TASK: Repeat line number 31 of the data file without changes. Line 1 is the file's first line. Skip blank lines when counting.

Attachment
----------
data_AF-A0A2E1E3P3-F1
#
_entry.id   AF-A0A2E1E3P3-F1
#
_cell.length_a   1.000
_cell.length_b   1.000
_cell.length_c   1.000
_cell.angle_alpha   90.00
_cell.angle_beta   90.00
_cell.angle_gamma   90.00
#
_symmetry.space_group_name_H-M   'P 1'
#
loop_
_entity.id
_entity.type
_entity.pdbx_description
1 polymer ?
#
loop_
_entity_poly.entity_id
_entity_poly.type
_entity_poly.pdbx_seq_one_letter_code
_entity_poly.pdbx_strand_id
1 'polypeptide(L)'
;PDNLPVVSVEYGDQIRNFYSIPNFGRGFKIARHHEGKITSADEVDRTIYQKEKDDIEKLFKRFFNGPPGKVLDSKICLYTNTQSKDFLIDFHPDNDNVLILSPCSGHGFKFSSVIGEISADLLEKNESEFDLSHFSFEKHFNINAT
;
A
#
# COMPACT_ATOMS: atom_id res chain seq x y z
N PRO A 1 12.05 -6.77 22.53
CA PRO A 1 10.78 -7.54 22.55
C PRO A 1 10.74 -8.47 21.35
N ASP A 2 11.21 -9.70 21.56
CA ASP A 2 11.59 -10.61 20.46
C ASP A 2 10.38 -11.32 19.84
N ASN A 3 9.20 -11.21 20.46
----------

N PRO A 1 12.05 -6.77 22.53